Old family scandals are revisited by a South African woman in this seventh novel from the expatriate South African writer (Bluebird, or The Invention of Happiness, 2007, etc.).
She’s the pretty daughter of a diamond appraiser in Johannesburg. He works alongside her father. They’re still in their teens, but it’s love at first sight. She’s a Christian, he’s a Jew, a huge problem. They elope in a borrowed Chevy and head for her father’s hometown, stopping only to make love at a hotel. She hopes the aunts she remembers so fondly will shelter them. Wrong call. The three maiden ladies are horrified by the scandal (it’s 1925) and call her parents. Her father arrives and ends their romance. Isaac leaves defiantly, Bill remains behind, her aunts’ prisoner. Kohler has featured Bill (her childhood tomboy name) before, in her 1994 novel The House on R Street. Nine months later, Bill gives birth and her baby is snatched away, sold to adoptive parents. This is the only dramatic episode in a limp novel, so it’s unfortunate that it’s cut up into pieces, sandwiched between events 10 and 30 years later. The scandal has stayed buried until 1956, when Bill discloses it to her teenage sons. In the interim, there has been a second scandal. In 1935, Bill is hired as a companion to a wealthy woman, a lonely alcoholic whose businessman husband is often away. Mark, the sexually voracious husband, pursues Bill, who insists he first divorce Helen before marrying her. After the marriage, the three continue living together in an improbable ménage. Then Helen dies, and Bill becomes a heavy drinker too. Had she ever loved Mark? Readers will find it difficult to tell from the distanced narration. As for the eponymous love child, don’t hold your breath; she doesn’t appear till the very end.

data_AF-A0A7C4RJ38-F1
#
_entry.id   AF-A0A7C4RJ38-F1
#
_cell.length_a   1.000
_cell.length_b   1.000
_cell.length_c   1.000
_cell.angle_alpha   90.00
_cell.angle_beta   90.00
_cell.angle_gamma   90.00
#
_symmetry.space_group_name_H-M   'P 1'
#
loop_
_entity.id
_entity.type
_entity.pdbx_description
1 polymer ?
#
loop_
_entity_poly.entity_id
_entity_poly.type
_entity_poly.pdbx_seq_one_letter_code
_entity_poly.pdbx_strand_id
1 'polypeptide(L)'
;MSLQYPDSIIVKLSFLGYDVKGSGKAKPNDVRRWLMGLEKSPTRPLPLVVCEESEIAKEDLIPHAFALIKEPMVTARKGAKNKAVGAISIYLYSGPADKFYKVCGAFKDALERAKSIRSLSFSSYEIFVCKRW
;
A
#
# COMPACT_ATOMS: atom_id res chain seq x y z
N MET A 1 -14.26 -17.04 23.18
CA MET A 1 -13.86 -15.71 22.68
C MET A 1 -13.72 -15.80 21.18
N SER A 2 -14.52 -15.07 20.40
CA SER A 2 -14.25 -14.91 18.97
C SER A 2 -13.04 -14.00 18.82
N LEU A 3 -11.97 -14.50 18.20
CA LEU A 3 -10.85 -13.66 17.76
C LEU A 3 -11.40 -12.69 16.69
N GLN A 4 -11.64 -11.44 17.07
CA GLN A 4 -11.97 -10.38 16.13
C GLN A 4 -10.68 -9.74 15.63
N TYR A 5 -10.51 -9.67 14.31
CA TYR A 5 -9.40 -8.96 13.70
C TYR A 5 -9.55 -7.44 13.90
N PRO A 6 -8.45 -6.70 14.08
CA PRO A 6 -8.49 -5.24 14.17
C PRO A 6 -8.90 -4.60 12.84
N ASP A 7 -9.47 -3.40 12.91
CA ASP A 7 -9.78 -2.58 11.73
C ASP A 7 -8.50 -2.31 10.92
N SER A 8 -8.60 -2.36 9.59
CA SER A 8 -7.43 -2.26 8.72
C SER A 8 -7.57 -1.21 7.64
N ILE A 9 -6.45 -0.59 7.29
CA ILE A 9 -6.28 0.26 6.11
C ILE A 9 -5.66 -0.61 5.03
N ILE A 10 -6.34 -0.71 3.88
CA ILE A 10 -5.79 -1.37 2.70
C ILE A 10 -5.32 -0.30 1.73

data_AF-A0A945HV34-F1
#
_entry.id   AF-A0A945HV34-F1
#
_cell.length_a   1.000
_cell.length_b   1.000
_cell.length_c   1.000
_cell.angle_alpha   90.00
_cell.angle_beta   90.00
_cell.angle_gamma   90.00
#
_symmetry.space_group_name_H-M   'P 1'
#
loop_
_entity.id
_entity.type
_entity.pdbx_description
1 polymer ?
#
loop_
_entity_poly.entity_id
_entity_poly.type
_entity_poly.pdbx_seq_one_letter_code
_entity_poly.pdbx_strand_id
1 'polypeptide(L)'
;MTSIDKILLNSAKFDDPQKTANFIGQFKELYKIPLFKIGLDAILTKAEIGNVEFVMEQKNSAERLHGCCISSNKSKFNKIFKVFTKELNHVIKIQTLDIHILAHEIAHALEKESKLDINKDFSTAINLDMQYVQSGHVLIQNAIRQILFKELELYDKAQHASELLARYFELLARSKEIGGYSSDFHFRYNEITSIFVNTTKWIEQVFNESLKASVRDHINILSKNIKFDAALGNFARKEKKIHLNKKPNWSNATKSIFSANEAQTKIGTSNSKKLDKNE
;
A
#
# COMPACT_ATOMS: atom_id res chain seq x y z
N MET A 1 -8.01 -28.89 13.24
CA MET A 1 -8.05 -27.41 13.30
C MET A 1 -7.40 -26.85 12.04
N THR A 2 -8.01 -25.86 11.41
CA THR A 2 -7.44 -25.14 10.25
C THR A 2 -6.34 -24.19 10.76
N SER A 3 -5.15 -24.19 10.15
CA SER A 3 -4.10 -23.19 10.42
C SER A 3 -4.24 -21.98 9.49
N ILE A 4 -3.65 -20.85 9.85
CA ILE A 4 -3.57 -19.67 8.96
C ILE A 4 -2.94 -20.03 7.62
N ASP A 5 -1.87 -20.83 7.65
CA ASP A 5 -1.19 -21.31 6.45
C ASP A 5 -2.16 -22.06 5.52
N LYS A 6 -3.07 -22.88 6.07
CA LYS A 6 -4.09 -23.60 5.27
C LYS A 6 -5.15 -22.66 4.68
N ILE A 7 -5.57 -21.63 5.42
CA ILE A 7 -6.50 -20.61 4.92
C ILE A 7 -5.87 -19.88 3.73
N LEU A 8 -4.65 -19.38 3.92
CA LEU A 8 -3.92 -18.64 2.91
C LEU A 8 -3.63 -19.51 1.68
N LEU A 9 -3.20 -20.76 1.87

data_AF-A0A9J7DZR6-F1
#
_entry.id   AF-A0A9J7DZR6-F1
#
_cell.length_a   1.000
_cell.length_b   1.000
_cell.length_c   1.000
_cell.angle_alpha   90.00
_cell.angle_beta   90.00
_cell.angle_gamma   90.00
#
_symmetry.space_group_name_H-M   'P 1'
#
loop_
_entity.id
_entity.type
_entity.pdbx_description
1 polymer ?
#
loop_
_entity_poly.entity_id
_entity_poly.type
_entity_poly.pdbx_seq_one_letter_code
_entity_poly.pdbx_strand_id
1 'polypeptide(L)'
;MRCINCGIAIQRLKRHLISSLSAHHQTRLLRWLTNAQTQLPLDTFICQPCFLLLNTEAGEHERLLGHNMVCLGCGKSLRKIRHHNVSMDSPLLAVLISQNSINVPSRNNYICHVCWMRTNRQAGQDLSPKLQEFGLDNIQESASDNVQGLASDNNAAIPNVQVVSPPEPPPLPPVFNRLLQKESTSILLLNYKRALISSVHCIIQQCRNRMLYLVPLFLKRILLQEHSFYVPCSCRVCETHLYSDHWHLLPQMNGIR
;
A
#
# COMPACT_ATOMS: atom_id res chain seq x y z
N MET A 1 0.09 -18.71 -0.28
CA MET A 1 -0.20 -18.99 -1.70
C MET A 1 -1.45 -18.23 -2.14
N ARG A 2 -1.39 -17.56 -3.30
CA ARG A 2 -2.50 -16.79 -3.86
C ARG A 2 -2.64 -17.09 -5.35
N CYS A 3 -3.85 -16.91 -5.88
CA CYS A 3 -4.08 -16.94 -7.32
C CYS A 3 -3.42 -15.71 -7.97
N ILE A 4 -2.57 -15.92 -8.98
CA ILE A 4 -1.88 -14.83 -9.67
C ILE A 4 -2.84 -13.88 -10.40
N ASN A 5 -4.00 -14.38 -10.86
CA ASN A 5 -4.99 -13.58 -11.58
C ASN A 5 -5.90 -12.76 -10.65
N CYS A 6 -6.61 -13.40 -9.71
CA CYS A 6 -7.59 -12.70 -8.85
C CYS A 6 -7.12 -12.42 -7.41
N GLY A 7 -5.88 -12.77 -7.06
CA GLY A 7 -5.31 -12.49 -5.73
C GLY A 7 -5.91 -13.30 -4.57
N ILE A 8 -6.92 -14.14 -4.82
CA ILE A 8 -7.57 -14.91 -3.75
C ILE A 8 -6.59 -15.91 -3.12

Lonely women in hushed bedrooms form the dominant image in a disjointed work that, aside from that brief elopement, is also passionless.